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Bisping vs. GSP Is Off, Bisping vs. Yoel Romero Is On

UFC President Dana White goes old-school and shuns a Big Money fight.
Photo by Joe Camporeale-USA TODAY Sports

You'd be forgiven for getting the sense that ever since the UFC was purchased by mega talent agency WME|IMG the promotion had turned ever so subtly Hollywood. Our new WME days have been defined by an almost fantastical approach to matchmaking, similar to the Opening Weekend strategy of modern-day filmmaking: Make money today and save tomorrow for tomorrow. It's a consequence-free environment, and a substance-free one as well, with undeserving but needle-moving fighters leaping the rankings and getting title shots and interim title fights appearing from out of nowhere to juice up main events and bless them with an air of meaning, no matter how manufactured. Less sports, more Hollywood razzle-dazzle.


This new era has provided both opportunities for fighters (become one of WME's chosen guys and the world and all its riches could be yours) and confusion, as the long-established meritocratic approach to fight-making has been pushed aside in favor of flashier "event" fights that make far more monetary sense than athletic sense. Nowhere has this been the case more than in the UFC's middleweight division, where the meaning of rankings has been tossed out time and again in the name of flash. First there was champion Michael Bisping (whose skills as a self-promoter and maker of moments fit in perfectly with the new regime) getting his long-awaited revenge fight against legend Dan Henderson, who is much loved, much admired, but totally irrelevant from a rankings standpoint. That fight was followed by the announcement a few months ago that Bisping's next opponent would be Georges St-Pierre, who had not only been retired for three years by that point but who had never fought at 185 pounds. When that announcement was made the media went crazy, not just MMA media, media at large. Which only goes to show how big GSP is and how crafty WME's approach is: Substance means less than the shock of a good story. Meanwhile, however, a whole line of worthy contenders, from Yoel Romero to Luke Rockhold to "Jacare" Souza, was forced to sit back and watch as their division came grinding to a halt and all their ideas about the justice of the ranking system were turned to dust.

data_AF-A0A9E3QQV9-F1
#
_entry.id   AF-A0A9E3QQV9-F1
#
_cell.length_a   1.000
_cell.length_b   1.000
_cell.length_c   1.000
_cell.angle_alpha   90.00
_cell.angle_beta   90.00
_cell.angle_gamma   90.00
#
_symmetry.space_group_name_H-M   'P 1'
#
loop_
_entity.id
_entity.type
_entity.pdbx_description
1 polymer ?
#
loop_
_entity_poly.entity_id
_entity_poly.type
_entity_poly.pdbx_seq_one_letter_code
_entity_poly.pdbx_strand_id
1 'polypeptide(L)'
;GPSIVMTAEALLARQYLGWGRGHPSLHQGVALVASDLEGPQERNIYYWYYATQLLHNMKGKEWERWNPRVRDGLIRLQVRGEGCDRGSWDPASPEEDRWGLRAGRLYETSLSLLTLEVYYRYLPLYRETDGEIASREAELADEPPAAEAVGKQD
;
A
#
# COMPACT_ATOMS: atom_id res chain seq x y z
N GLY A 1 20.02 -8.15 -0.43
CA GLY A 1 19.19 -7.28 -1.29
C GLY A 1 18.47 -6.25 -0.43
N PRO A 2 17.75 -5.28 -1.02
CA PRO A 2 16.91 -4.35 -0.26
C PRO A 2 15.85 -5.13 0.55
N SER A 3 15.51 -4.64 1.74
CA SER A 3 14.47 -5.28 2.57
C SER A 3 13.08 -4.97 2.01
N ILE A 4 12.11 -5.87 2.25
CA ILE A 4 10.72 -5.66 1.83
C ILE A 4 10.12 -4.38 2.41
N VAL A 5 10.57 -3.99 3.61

Not that they just sat by quietly and accepted this new reality. No. If there's one thing the age of MMA has taught fighters it's that he who makes the most noise, he who makes the biggest spectacle of himself, is the most richly rewarded. So, WME, live by the callout, die by the callout. And so we got middleweight legend Anderson "The Spider" Silva calling out the UFC and its president, Dana White, for gifting GSP a title shot and for not giving Silva the fight he wanted at UFC 212 in Rio, against Romero and for (you guessed it) an interim title belt. He called the UFC's decision to book the GSP/Bisping fight "bullshit" and called White "The Almighty." Soon, fellow middleweight contenders were following Silva's lead. First Luke Rockhold slammed the UFC for putting on mega-fights that "don't make sense" and calling on his divison-mates to "stand their ground." "Say, 'Fuck you, [UFC].' Put a title on the line or else fuck you, you don't even have a division." New contender Robert Whittaker joined Rockhold, saying "the division is at a standstill … There's no incentive to fight. There's no direction." And suddenly it seemed like an insurrection was in the works, with more and more fighters actively rebelling against the UFC's new big-money, small-meaning approach to matchmaking. Something had to give.